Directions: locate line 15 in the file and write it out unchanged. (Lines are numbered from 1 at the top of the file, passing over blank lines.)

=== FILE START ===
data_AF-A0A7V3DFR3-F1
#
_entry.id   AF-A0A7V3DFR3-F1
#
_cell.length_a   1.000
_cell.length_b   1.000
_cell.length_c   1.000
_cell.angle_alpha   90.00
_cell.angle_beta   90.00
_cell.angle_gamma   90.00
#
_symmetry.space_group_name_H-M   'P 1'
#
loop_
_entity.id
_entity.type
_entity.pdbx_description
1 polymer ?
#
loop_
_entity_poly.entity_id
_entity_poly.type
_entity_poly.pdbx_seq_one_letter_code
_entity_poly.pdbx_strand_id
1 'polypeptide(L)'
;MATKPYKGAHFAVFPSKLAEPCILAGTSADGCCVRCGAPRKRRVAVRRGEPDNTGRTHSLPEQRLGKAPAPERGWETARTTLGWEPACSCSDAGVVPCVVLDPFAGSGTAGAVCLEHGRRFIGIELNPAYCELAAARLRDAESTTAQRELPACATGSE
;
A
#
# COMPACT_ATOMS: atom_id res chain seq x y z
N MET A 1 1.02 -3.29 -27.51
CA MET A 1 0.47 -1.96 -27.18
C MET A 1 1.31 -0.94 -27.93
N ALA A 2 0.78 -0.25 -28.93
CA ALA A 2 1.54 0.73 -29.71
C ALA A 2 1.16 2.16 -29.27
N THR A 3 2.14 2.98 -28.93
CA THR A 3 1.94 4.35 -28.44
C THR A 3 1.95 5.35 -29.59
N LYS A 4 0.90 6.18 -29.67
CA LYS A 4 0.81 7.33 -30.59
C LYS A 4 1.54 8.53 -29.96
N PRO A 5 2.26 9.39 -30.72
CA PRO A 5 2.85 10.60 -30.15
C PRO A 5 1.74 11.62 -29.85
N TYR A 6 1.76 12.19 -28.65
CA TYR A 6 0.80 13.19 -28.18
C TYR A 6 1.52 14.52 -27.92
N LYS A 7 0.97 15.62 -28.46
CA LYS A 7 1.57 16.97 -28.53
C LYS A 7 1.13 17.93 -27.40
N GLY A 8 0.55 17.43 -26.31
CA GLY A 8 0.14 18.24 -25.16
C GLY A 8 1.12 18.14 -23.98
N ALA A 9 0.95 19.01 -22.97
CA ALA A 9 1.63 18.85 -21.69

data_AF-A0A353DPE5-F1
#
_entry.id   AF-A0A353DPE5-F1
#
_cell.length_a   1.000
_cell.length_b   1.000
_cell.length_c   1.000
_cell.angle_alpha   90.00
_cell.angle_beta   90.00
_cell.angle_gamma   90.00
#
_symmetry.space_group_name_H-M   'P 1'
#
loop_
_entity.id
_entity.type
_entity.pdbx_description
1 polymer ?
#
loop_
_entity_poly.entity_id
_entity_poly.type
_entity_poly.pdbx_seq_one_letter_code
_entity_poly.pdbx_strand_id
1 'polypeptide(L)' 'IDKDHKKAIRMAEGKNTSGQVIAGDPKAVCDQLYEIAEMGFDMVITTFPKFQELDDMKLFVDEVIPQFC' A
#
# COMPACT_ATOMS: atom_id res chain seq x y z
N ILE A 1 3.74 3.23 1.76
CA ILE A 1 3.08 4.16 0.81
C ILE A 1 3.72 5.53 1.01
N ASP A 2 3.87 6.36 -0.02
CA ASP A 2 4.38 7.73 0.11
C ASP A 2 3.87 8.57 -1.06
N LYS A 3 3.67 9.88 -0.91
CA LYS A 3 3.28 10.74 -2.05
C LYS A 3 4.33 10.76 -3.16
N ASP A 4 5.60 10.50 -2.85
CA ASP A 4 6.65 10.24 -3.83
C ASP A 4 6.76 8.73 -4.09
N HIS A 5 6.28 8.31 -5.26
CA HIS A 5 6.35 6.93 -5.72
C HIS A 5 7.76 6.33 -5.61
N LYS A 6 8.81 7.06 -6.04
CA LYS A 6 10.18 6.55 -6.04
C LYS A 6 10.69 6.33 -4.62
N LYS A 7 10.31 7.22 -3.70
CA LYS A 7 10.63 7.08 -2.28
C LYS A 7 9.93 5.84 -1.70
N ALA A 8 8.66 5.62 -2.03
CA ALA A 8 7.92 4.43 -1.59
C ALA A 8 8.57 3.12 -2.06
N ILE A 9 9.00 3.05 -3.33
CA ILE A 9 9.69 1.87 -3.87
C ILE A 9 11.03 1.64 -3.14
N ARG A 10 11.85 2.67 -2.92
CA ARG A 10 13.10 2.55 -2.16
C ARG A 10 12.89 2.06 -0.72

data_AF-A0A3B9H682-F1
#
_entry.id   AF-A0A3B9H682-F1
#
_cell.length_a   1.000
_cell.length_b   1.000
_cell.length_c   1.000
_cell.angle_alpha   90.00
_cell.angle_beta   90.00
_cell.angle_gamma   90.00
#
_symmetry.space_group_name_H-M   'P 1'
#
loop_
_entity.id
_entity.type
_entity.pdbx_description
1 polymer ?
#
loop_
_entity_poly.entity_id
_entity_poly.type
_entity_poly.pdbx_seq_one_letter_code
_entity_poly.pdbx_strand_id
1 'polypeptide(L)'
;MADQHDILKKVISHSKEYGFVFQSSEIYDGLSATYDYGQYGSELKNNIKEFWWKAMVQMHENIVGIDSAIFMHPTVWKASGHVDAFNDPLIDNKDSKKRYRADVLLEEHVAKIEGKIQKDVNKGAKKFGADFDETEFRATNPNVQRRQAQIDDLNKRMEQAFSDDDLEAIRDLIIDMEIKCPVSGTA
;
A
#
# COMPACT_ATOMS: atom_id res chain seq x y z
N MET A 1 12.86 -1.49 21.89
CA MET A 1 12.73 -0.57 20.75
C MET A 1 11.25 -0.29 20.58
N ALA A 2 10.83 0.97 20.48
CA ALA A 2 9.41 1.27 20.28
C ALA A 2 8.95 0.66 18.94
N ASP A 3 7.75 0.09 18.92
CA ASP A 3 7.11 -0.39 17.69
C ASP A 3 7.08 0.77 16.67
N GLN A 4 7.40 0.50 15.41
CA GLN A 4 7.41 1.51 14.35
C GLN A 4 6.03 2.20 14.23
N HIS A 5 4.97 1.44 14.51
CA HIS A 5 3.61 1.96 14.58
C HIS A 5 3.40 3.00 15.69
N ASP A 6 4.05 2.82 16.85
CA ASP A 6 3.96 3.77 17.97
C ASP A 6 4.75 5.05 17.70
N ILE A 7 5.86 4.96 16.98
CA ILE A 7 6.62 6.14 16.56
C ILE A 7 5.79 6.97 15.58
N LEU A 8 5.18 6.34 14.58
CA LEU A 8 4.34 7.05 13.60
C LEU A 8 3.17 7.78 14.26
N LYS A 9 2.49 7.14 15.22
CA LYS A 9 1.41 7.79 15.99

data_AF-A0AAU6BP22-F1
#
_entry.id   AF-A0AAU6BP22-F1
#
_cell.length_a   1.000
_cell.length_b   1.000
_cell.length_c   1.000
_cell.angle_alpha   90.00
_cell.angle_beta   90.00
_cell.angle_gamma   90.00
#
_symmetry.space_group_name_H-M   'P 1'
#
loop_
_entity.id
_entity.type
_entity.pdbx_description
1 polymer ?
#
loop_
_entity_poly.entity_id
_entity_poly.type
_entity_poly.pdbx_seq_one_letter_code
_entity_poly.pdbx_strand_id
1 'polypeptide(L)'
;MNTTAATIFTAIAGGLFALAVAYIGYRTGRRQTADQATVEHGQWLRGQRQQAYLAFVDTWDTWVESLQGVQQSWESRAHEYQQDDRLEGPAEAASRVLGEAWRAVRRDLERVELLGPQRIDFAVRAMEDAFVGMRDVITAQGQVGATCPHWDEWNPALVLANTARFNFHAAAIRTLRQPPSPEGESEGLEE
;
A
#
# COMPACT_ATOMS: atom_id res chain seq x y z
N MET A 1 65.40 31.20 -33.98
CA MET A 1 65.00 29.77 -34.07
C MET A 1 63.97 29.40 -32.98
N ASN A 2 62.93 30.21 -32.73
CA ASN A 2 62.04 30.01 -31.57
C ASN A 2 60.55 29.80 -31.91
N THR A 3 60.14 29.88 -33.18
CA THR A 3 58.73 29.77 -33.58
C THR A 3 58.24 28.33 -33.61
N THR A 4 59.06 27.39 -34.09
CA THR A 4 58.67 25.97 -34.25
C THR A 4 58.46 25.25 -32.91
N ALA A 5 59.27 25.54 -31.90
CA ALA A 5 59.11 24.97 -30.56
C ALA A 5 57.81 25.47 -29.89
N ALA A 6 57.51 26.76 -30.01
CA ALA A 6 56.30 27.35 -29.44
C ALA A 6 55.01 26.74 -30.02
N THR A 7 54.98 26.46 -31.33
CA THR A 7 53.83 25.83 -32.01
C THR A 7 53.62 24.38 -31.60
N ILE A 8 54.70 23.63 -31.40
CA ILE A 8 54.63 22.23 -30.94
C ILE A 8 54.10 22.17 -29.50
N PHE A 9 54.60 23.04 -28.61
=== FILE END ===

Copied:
_entity.id